The student-led organization has steadily grown from three to 25 members in two years
Anjali Menon may have grown up in Vancouver, but she flew back to Mumbai every year to visit her grandmother. They were very close, so she was shocked when she heard that her grandmother had passed from an untimely death.
“Nobody knew that she was actually surviving with chronic obstructive pulmonary disorder,” says Menon. “It came as such a surprise to our family. I was 16 at the time, and I was just so devastated. Thinking about this made me want to go into biomedical engineering.”
But right after she was accepted into UBC’s school of biomedical engineering, Menon’s mother got diagnosed with Crohn’s disease. Menon recalls her mother struggling to find an appropriate clinician in Vancouver, and claims that taking care of relatives with chronic diseases pushed her to do something about how treatment was delivered to patients.
At the end of her first year, Menon and classmate Madhini Vigneswaran decided to launch a nonprofit called MEDIC Foundation. Since 2020, the Vancouver-based organization has been trying to make treatment for people diagnosed with chronic conditions more accessible and convenient, steadily growing from three to 25 student members over two years.
With local support from UBC and nonprofit organization Open Source Medical Supplies, MEDIC partners with research labs and companies to target four areas close to its founders’ hearts: anxiety and depression, Parkinson’s, cancer and diabetes.
According to its founders, having international connections is an integral part of their growth as an impactful organization—and that just so happens to be Vigneswaran’s bailiwick.
Treating chronic diseases in foreign communities
Vigneswaran, who was raised in Sri Lanka and Nigeria, moved to Vancouver in 2019 to study biomedical engineering at UBC. She has family in both countries, but unfortunately, many of her relatives in Sri Lanka still live in rural areas that were attacked by chemical bombs during the decades-long civil war. Some of them are still undergoing treatment for cancer. Vigneswaran is now on a mission to use knowledge and resources garnered through MEDIC Foundation to identify an AI algorithm that can help with cancer profiling.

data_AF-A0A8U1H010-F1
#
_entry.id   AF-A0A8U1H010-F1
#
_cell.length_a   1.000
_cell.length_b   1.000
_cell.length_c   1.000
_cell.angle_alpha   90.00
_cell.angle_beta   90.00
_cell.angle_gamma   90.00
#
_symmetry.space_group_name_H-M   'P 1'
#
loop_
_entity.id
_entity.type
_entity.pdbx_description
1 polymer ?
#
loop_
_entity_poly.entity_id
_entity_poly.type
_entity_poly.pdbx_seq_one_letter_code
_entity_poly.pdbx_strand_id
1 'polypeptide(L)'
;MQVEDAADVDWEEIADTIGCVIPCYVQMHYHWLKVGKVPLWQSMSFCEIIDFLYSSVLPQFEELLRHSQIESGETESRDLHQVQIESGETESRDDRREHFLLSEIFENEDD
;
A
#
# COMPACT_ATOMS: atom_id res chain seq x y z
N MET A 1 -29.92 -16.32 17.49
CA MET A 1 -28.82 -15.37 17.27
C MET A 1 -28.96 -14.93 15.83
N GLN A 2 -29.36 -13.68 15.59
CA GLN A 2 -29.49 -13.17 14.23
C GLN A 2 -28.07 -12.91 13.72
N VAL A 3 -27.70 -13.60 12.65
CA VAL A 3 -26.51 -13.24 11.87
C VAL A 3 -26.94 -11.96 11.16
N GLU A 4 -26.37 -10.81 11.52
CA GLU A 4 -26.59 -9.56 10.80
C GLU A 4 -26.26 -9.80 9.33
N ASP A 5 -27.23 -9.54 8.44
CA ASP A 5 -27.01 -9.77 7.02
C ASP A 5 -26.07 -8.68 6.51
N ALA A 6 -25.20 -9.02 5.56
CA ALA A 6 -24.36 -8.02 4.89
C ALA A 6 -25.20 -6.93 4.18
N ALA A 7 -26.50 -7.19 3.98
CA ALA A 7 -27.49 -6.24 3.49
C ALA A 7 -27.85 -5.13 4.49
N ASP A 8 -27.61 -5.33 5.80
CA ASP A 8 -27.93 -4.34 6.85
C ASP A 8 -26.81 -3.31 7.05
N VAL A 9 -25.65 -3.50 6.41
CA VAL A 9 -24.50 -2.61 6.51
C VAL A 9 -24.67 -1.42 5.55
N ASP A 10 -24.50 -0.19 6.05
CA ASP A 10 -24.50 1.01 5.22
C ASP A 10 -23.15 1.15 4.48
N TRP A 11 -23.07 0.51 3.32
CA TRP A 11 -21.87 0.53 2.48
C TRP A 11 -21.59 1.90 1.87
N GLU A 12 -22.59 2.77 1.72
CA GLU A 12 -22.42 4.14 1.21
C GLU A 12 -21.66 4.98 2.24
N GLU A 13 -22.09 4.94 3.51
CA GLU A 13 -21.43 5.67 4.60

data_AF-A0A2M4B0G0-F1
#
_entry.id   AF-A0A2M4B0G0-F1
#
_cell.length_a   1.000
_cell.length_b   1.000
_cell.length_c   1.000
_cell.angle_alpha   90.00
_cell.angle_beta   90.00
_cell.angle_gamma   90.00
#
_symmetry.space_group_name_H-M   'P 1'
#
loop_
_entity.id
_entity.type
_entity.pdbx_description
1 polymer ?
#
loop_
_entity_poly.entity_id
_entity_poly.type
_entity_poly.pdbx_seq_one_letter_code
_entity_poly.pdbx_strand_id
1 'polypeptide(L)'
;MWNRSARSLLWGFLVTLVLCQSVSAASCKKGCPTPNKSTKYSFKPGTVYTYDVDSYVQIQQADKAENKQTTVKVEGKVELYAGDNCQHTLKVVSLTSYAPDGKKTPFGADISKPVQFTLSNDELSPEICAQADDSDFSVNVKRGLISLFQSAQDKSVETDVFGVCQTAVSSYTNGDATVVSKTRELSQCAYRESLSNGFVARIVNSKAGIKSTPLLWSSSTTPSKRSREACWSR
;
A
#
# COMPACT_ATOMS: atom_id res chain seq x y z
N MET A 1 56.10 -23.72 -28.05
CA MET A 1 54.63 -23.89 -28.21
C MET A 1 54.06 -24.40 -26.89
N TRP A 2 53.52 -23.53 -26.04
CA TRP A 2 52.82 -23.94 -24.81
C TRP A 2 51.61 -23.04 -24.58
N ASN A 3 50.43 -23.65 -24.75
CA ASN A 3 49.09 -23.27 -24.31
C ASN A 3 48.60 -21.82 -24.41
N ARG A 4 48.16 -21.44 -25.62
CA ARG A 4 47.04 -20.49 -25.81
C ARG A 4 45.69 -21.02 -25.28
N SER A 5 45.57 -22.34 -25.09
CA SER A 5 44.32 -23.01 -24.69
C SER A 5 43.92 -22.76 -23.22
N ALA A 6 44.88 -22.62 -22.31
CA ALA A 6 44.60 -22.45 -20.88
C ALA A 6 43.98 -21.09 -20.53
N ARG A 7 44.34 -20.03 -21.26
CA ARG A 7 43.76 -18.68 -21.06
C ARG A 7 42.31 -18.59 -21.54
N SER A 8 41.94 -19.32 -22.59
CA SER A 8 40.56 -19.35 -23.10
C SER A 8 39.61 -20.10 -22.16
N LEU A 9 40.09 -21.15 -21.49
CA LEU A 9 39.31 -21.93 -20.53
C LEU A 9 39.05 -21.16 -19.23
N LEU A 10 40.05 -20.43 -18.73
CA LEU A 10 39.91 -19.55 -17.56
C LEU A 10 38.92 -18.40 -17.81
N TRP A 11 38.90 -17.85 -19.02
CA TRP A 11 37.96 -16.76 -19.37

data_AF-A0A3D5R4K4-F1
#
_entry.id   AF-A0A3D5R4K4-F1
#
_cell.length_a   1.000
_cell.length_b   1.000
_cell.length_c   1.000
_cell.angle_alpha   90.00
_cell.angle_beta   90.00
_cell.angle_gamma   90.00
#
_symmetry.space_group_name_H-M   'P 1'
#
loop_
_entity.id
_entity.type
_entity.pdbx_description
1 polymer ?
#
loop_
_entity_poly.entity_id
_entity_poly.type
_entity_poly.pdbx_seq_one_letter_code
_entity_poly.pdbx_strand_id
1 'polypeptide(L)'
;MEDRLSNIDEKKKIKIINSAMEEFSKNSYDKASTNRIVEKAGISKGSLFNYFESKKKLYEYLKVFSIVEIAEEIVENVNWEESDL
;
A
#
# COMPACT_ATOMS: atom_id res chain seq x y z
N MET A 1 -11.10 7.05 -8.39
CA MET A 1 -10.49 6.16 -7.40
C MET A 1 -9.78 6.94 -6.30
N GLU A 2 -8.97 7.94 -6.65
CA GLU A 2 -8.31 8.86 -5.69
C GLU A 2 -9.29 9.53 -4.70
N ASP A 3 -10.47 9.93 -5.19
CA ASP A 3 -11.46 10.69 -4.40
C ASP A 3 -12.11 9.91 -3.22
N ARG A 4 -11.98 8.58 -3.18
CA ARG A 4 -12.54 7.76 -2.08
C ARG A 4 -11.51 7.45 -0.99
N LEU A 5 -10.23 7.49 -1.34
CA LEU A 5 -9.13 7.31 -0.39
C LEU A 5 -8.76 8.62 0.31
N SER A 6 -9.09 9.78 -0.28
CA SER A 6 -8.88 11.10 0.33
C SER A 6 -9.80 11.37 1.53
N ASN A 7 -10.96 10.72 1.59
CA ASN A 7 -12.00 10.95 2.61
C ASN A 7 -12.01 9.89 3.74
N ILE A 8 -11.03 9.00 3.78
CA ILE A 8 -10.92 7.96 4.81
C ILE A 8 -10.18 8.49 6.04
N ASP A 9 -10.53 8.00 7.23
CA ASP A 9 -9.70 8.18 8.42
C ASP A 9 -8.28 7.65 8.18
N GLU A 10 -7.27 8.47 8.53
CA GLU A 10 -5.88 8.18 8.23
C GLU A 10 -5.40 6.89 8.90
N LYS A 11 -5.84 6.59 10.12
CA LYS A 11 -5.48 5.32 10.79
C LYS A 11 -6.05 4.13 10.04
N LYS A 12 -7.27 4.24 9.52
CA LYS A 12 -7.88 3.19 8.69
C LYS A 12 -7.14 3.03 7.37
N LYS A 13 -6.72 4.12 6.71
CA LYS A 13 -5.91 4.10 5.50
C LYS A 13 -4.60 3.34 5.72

But resource allocation is always a difficult and daunting task in rural communities, especially in countries with turbulent economies. “In Sri Lanka, with the ongoing economic crisis, they just don't have enough resources to support everybody,” Vigneswaran maintains. Even in Nigeria, where her dad was diagnosed with diabetes, it’s hard to get insulin pumps delivered to your door. So he has to travel abroad to access treatment.
How connections can support research collaboration
So far, MEDIC has won accolades (including first place at last year’s OSMS-Spark contest) for its anxiety/depression wristband, prototyped for elderly folk stuck indoors during COVID-19.
The organization is currently working on a project to make low-cost insulin pumps for diabetes more accessible. “We're going to focus on the rural communities in Sri Lanka,” Vigneswaran says of the foundation’s partnerships with international hospitals and nonprofits. “We're hoping to develop a local prototype . . . and during the final stage, we are planning to go there and test it out.”
Despite being undergraduate students that have struggled to get businesses, organizations and researchers to take them seriously, MEDIC’s co-founders believe that the local healthcare industry is lacking connections to foreign communities. That’s why Menon and Vigneswaran are working with causes that are close to them and applying the research to places they have roots in.
“People here think that they can change the world just by calling someone and saying that they have an idea and trying to collaborate that way. But we have a personal connection,” Menon adds. “That’s why we believe we can make a real difference, because of this connection.”